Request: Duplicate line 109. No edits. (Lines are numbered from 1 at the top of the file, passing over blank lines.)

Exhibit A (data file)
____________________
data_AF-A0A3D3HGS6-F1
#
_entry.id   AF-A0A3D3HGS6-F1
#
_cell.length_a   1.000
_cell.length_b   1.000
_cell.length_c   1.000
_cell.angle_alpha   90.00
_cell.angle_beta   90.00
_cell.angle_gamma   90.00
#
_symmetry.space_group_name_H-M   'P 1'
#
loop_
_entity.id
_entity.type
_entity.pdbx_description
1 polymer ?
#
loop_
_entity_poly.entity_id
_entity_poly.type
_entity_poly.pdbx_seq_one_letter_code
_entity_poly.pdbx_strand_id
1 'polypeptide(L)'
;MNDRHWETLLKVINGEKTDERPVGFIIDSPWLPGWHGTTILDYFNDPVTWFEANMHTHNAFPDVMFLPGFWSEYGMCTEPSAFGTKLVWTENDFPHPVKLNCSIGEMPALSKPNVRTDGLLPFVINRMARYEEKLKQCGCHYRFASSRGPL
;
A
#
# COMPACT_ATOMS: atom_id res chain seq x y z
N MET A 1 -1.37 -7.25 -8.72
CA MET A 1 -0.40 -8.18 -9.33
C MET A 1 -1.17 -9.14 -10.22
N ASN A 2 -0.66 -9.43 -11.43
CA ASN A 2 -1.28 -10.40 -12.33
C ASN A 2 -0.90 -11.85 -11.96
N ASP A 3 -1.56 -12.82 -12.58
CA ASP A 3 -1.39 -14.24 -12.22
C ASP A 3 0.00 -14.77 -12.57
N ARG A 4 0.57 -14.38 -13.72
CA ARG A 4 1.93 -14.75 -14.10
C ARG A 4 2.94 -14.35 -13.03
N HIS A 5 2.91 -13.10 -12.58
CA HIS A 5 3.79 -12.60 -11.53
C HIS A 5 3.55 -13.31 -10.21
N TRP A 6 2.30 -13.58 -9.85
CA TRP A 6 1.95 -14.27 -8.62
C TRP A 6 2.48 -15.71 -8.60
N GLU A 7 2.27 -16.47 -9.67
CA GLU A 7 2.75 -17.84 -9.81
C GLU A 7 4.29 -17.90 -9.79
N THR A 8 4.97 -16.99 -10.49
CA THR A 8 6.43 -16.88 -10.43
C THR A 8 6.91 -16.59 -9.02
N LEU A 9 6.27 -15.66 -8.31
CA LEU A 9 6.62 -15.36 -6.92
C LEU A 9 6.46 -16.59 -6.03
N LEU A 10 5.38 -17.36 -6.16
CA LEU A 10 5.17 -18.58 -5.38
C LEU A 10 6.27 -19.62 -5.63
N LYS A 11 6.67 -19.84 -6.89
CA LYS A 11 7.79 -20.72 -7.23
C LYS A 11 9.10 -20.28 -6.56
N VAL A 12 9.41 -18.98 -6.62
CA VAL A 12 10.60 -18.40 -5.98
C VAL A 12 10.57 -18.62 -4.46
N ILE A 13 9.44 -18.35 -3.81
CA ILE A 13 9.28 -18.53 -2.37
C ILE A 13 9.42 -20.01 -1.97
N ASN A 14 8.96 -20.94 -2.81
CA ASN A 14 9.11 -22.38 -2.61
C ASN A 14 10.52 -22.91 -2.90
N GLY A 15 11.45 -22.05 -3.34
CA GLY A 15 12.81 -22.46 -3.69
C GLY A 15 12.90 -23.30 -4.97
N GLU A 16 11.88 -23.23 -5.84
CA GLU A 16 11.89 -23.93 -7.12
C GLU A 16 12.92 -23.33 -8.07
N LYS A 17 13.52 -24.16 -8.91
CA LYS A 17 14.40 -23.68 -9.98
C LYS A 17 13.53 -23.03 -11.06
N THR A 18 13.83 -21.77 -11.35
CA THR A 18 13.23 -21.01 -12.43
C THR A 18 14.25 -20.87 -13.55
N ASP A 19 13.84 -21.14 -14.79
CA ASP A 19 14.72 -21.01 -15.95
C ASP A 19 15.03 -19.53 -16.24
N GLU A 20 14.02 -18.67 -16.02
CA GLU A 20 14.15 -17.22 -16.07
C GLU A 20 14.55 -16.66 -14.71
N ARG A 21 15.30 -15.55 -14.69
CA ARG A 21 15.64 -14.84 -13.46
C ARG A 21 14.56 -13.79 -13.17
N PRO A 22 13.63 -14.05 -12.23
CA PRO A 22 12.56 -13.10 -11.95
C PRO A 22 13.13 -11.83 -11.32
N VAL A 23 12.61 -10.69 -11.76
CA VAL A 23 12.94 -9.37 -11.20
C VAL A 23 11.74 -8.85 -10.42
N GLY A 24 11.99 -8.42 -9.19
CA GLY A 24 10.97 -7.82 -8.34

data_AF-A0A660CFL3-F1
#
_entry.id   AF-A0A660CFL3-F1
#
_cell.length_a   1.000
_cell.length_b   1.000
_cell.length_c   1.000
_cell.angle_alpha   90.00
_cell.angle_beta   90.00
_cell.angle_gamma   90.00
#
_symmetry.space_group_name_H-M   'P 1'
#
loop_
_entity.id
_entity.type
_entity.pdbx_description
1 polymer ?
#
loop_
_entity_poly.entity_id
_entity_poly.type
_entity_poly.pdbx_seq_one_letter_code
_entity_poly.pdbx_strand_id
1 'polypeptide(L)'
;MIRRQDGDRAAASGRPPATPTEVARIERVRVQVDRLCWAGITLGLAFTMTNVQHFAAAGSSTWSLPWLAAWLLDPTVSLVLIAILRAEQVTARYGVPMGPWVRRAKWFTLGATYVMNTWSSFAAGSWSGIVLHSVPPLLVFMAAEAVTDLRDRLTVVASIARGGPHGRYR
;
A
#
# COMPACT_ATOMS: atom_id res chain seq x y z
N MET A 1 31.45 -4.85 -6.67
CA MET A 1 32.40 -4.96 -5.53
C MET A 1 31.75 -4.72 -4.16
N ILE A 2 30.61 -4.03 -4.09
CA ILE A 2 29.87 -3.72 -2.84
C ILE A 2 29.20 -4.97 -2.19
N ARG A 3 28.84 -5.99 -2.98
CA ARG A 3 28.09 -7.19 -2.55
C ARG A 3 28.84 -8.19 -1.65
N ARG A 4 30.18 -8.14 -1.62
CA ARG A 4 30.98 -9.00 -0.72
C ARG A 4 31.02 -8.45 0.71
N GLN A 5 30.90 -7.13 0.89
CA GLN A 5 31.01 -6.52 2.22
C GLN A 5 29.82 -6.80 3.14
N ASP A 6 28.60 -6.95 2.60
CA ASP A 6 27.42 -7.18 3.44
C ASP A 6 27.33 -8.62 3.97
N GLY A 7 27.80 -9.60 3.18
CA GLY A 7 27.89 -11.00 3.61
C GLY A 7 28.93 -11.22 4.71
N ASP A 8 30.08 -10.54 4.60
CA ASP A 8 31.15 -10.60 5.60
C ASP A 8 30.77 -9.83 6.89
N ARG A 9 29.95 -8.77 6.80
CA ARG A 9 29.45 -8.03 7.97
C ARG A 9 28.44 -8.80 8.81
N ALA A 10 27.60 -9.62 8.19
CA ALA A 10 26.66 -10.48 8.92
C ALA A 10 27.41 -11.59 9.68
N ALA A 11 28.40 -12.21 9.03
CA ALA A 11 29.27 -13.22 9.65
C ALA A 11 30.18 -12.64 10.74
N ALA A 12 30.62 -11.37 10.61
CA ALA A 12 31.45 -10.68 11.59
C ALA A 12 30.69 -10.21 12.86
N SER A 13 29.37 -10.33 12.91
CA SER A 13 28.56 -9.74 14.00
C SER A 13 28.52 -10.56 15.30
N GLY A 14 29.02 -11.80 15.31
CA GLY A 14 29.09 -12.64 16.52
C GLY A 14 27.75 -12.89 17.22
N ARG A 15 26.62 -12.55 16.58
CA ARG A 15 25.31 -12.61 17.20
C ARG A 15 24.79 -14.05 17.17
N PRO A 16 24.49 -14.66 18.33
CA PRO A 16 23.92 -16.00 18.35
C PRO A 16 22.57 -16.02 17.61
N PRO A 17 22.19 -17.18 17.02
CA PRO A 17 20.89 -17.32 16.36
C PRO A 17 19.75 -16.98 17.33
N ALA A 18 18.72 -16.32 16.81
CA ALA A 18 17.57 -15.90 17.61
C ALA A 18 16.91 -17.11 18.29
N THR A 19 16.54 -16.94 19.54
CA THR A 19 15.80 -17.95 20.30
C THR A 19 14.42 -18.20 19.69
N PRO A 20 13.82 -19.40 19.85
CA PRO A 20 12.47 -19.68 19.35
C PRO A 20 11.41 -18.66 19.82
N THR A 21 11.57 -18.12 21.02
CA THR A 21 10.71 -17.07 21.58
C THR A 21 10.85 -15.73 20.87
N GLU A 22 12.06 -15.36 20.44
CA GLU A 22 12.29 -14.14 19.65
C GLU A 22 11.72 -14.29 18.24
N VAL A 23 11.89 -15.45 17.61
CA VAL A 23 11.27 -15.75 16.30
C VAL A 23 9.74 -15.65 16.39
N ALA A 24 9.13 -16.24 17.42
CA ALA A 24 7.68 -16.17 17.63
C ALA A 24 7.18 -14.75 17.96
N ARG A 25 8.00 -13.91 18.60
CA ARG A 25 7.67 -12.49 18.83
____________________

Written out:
_cell.angle_alpha   90.00